Snowy Range Pass

Snowy Range Pass

Thursday, October 26, 2017

Fort McAllister State Park

Our next stop was Fort McAllister State Park located on the Ogeechee River south of Savannah.  This park  has an important Civil War site on the grounds.  The south had build a number of substantial forts along the river farther out towards the sea on barrier islands to defend the approaches to Savannah Harbor from attack and resist the Union naval blockade.   The plantation owners wanted additional protection for their property.  Plantation owner Joseph McAllister, who owned extensive land along the river, donated the land for a simple earthen fort to be built. In 1861 construction began with slave labor and local Confederate militia.  The fort proved to be very effective in preventing the union ships from moving on the river and held against heavy bombardment better than the more modern constructed forts along the river. 

By 1864 the Union had developed more powerful cannon and artillery.  Union General Sherman watched the destruction of the fort on 13 Dec, 1864 before continuing on to take Savannah.

An interpretive center in the park provides a good insight into the history of the fort and information on the Civil War in general.

One letter from President Lincoln  to A H Stephens, Vice President of the Confederacy highlights the slavery issue as Lincoln saw it. This letter suggests that, in 1860, Lincoln was not going to free all southern slaves, if the southern states abandoned their attempt to secede from the union. 

Today, there is a reconstructed earthen fort on the grounds built from the original plans. After visiting the interpretive center, you can really visualize the importance of the fort to the south.

The camping area is about a mile drive from the check in office. It is located in a swamp like  area mostly surrounded by water.  It can be a little tight for bigger rigs.  Anneke immediately ran into some of the abundant wildlife when she headed to the trash containers and found at least three raccoons checking the containers out for goodies.  We enjoyed a few hours outside,  but as darkness settled in we decided to head indoors.  The raccoons were in the trees nearby and alligators and snakes are commonly seen here.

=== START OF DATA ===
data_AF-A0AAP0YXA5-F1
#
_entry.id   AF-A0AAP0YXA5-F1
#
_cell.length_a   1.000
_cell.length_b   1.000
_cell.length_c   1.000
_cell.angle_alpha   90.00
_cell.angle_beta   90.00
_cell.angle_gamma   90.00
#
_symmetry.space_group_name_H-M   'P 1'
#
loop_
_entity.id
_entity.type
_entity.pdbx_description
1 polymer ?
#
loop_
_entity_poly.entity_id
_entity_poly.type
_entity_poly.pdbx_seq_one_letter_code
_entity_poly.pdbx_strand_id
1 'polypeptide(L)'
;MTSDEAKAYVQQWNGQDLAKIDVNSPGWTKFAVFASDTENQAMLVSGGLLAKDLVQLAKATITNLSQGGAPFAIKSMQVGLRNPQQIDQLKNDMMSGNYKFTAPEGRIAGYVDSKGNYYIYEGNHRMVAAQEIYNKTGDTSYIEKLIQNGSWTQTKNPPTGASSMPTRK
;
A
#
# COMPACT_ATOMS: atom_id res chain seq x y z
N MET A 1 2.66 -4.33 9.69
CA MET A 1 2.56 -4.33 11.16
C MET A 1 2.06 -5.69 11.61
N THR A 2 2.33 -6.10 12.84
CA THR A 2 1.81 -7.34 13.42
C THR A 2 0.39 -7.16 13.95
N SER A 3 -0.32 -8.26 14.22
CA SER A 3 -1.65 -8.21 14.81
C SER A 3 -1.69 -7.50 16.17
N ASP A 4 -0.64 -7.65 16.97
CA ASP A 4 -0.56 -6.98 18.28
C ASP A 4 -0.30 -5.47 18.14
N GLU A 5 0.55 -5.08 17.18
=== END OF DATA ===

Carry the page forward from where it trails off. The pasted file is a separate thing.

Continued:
Monday, October 23, 2017

Magnolia Springs State Park

After bidding farewell to our friends, we headed south.  We stopped for the night at the Magnolia Springs State Park, near Millen, GA.  It is known best for its clear springs that has been drawing people here for many years.  The spring has an estimated water flow of seven million gallons per day.  There is also an abandoned aquarium on the  grounds that reportedly attracted up to 40K visitors a year for the few years it was open. 

The campground is in an area near the lake with 26 sites for RVs and tents.  There are tall trees providing some shade.  A great place for rigs of all sizes. There are water craft available to cruise the lake and picnic areas to enjoy the scenery.

The park also has an important historical site on the grounds.   During the Civil War, a prisoner of war camp was located here, called Camp Lawson.  As the war dragged  on, there was a need for another camp to hold the growing number of Union prisoners.  This need became acute when the North ended the prisoner of war exchange program in the hopes that this would shorten the time it would take to defeat the South.  We saw firsthand how awful the conditions in these camps were when we visited the Andersonville POW site. The design of this camp was nearly identical to the one in Andersonville, which more or less guaranteed horrific conditions for the prisoners, many of whom were sent here from Andersonville due to overcrowding.  There were over ten thousand  prisoners at the camp when it was abandoned as  General Sherman made his march to the sea and Savannah.  A small interpretive center is located next to the park check-in office.  It is definitely worth the small fee to visit. Across the way you can walk thru some of the earthen works of this camp that are undergoing  archaeological study.